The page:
by James Berardinelli|
The Tracey Fragments uses its non-standard visual style, a split-screen approach that can show from one to sixteen frames at any one time, in a vain attempt to camouflage the paucity of the story. Director Bruce McDonald, working from a script by Maureen Medved, seems to believe that because he's doing something most filmmakers avoid, it qualifies The Tracey Fragments as being interesting and cutting edge. It is neither. This unexceptional and uninteresting story of a self-pitying borderline-personality teenager verges on being unwatchable as a result of McDonald's decision to bombard the audience with extraneous images in lieu of telling the story.
The Tracey Fragments presents its narrative piecemeal, not only splitting the screen, but opting for a non-linear chronology. By the time the end credits roll, the timeline has been sorted out as we determine that the scenes with Tracey (Ellen Page) on a bus wrapped in a shower curtain represent the "present." Everything else is a revelation of how she arrives at that point. It's a simple enough tale. Our heroine is an "average 15-year old girl who hates herself" and has run away from a dysfunctional home in an attempt to find her younger brother, Sonny (Zie Souwand), who has gone missing. Tracey feels responsible for Sonny, since she hypnotized him into believing he's a dog. In her quest to find Sonny, she runs into a guy named Lance from Toronto (Maxwell McCabe-Lokos), who offers her a place to stay. He probably has ulterior motives but we never find out. Other characters orbiting Tracey include Billy Zero (Slim Twig), the bad boy at school who may or may not have claimed her virginity, and her cross-dressing psychologist (Julian Richlings), who looks like he escaped from a Monty Python skit.
McDonald's decision to fill the screen with images, many of which merely show one scene from different angles, is usually more annoying than illuminating. One senses the approach is little more than a giant metaphor for Tracey's scrambled mental state. Five minutes in, most viewers will have understood that and had enough. If McDonald had something grander in mind, he fails to convey it. Two questions need to be asked when a director employs split-screens. Would the film be interesting without the technique? Does the approach add anything to the story? With The Tracey Fragments, it doesn't take much analysis to determine that the answer to both queries is "no."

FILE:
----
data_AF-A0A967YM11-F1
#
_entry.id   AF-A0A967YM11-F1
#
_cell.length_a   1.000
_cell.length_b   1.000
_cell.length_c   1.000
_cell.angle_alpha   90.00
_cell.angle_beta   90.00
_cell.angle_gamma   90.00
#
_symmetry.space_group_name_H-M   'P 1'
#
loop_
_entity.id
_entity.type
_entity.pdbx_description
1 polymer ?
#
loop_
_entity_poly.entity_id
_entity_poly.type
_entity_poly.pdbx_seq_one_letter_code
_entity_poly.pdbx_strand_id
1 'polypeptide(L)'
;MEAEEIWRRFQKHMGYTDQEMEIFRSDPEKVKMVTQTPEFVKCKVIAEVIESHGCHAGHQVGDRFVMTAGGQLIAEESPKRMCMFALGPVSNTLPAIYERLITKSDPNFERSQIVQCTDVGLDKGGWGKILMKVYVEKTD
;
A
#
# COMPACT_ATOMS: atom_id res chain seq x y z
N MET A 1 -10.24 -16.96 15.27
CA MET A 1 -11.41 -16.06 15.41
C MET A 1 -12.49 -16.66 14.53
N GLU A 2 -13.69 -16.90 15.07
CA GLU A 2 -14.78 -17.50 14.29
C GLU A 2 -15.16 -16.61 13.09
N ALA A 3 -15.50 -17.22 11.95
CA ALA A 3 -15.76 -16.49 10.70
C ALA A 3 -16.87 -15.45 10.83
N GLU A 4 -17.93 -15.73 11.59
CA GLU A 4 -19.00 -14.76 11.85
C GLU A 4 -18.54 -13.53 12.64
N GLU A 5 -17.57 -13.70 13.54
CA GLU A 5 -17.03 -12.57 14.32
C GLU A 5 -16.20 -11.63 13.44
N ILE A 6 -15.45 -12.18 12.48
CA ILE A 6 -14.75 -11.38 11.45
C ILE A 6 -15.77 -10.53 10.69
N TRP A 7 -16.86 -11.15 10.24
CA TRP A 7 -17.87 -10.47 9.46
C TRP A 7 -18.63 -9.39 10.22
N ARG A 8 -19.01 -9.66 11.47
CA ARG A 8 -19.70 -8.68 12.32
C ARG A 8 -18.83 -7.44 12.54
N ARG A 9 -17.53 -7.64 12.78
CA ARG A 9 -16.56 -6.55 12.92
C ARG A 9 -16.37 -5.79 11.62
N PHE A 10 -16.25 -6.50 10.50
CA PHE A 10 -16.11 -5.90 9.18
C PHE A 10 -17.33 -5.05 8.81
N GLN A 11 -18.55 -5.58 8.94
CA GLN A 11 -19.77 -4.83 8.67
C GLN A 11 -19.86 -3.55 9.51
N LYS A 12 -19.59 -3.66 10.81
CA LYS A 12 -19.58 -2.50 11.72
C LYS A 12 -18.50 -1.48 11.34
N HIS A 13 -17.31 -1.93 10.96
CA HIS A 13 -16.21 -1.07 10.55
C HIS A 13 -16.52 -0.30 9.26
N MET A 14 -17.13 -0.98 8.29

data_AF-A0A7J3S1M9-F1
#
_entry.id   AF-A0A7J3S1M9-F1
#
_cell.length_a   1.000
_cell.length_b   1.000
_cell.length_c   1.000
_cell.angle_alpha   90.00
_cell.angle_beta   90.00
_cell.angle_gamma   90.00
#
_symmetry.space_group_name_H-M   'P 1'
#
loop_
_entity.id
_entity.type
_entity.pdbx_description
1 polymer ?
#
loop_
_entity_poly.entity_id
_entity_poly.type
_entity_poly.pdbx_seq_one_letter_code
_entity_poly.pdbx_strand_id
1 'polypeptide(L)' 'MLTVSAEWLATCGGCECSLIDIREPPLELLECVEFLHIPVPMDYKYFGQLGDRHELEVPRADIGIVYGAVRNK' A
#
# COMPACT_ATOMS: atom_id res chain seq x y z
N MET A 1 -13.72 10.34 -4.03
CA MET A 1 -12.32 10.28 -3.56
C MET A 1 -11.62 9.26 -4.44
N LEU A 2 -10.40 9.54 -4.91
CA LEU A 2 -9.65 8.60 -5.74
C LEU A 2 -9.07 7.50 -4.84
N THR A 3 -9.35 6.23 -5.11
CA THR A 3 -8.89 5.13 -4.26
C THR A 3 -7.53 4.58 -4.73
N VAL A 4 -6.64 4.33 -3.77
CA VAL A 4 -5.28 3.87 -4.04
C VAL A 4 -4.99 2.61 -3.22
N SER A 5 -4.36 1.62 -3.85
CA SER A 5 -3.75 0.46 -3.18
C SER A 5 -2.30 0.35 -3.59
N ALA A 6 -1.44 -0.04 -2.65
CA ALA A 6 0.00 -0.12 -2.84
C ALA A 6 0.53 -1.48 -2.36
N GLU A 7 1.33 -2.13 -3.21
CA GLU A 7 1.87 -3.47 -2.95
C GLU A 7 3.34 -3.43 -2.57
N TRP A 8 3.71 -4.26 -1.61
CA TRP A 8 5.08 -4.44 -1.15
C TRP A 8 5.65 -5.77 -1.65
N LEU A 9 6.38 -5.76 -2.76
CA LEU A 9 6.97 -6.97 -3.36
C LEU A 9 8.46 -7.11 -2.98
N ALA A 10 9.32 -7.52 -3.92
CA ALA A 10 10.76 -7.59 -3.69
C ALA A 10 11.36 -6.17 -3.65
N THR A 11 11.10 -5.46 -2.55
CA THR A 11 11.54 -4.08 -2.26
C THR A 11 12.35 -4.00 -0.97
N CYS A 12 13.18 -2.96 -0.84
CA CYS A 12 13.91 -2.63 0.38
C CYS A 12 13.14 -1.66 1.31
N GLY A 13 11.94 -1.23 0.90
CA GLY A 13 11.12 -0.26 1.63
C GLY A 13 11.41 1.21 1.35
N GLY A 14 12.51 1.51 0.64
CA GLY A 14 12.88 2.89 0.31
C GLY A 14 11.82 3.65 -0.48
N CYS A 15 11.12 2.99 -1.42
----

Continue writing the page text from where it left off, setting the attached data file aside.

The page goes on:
In casting Ellen Page, McDonald at least did one thing right. When Page made this movie, universal acclaim hovered just beyond the horizon. She was largely an unknown and, had her fate rested with The Tracey Fragments, she would have remained so. Nevertheless, she shows an impressive ability to capture the attention of the camera and she does a worthy job fleshing out an underwritten character. Still, even a good performance by Page can't save the movie, especially since she is given no help from her awkward and unprofessional co-stars.
As one might expect from a story that is meant to be "arty" from a director who undoubtedly considers himself an auteur, The Tracey Fragments doesn't end; it stops. McDonald may be telling us something by reverting to more traditional filmmaking techniques during the final five minutes, with the split-screens thankfully abandoned. The movie transitions to its closing credits with a close-up of Tracey as she walks toward the camera. Maybe this is intended to mean that she has finally attained clarity of mind and purpose. Or maybe not. The problem is that I didn't care, and it's unlikely many others will either. Even at a slim 77 minutes, The Tracey Fragments feels fat and self-indulgent. It's strictly a film festival offering (and, when it premiered in Toronto in 2007, it was not well received), which makes it odd that ThinkFilm picked it up for even limited theatrical distribution. Poor word of mouth should effectively negate whatever cachet Ellen Page's name carries.
Rating: 1,5 out of 4